Abbott joins Greens, ALP, PUP in rejecting AMA's co-payment

THE Australian Medical Association's answer to the contentious GP co-payment scheme the Government is trying to get through the Senate, may not be much of an alternative after all.

Yesterday, Prime Minister Tony Abbott joined Labor, the Greens and the Palmer United Party in rejecting the plan which would see pensioners, children and the disadvantaged excluded from the payment.

Mr Abbott is of the opinion that since pensioners already made a co-payment for prescriptions, it was not "unreasonable for a comparable amount to be paid for visits to the GP".

The AMA's plan, which would see a $6.15 co-payment for those who can afford it and rejects the Government's cuts to the Medicare rebate, also found little favour from a number of other medical groups and social welfare organisations.

The Queensland Nurses Union added its voice to that of the Australian Nursing and Midwifery Federation insisting the co-payment would end universal health care and put sick, injured and vulnerable Australians at greater risk.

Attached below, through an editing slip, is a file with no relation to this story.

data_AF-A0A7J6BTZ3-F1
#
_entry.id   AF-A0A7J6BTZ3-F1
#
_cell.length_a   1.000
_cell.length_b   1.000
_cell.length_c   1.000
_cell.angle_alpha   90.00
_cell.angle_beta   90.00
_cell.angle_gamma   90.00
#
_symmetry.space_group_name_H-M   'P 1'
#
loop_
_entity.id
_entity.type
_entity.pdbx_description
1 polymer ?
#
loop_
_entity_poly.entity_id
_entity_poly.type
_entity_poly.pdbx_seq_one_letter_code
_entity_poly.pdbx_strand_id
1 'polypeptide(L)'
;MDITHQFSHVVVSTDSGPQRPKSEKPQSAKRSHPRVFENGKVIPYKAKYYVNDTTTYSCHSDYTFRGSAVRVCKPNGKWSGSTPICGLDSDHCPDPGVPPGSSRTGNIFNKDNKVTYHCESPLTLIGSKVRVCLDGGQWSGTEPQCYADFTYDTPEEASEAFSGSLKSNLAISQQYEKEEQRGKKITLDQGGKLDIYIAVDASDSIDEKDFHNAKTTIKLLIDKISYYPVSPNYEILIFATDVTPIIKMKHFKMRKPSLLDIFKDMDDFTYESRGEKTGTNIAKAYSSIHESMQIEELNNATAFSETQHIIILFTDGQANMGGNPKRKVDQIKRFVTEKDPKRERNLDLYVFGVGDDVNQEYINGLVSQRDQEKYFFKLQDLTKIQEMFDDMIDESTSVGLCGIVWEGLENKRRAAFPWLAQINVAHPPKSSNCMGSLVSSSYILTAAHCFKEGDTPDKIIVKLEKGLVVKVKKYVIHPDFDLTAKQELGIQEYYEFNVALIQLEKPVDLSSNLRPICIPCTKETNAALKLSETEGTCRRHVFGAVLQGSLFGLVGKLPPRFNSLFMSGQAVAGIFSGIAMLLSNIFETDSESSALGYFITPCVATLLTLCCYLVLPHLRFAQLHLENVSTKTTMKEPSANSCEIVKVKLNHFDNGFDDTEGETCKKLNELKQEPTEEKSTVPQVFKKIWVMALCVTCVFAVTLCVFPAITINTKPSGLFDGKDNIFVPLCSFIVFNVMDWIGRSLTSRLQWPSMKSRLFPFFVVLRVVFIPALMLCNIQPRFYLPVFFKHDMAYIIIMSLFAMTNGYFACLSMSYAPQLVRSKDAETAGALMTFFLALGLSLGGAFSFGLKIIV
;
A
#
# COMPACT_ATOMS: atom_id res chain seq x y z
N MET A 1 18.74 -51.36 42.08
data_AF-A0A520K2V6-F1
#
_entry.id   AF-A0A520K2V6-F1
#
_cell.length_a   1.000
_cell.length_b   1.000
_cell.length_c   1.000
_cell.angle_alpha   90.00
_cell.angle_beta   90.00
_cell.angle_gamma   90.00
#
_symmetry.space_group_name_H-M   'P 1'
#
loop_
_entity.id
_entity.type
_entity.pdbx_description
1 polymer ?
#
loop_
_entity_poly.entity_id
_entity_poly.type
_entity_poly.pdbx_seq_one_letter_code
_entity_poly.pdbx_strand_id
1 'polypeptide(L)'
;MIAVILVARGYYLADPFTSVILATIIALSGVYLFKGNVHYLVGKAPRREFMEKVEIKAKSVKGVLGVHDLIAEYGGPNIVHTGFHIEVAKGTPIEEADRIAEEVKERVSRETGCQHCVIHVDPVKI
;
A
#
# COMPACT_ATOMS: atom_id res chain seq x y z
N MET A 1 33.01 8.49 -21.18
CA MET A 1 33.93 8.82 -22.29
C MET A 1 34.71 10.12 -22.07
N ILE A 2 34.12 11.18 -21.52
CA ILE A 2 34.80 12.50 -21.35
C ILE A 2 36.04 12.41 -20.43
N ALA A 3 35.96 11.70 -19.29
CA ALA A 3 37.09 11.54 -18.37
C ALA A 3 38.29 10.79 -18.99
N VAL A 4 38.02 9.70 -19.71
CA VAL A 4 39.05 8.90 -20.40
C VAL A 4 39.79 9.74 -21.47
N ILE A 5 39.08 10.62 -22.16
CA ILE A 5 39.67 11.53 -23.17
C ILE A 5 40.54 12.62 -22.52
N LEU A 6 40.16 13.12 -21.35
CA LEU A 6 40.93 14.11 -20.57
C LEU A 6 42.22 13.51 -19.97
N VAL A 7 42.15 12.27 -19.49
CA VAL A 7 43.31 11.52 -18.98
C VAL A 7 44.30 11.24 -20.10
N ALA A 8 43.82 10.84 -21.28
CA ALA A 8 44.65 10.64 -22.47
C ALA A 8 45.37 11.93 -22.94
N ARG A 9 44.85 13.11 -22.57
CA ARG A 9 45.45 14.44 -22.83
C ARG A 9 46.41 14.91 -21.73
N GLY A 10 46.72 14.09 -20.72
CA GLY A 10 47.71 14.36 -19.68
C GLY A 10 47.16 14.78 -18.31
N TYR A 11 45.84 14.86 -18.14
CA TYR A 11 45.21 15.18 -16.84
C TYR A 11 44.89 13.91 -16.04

"The AMA has a legitimate interest in the outcome, and while doctors have a right to protect their earning capacities, it should not be at the expense of poor and vulnerable patients," said QNU Secretary Beth Mohle.

Consumer groups, too, were concerned about the barrier to primary healthcare that the co-payment would present.

"The AMA itself says that general practice is 'a low-cost and efficient part of the health system'," said CEO of the Consumers Health Forum, Adam Stankevicius. "Why complicate a system that has worked well for 30 years. And where is the Government modelling to support such a dramatic change to Medicare?"


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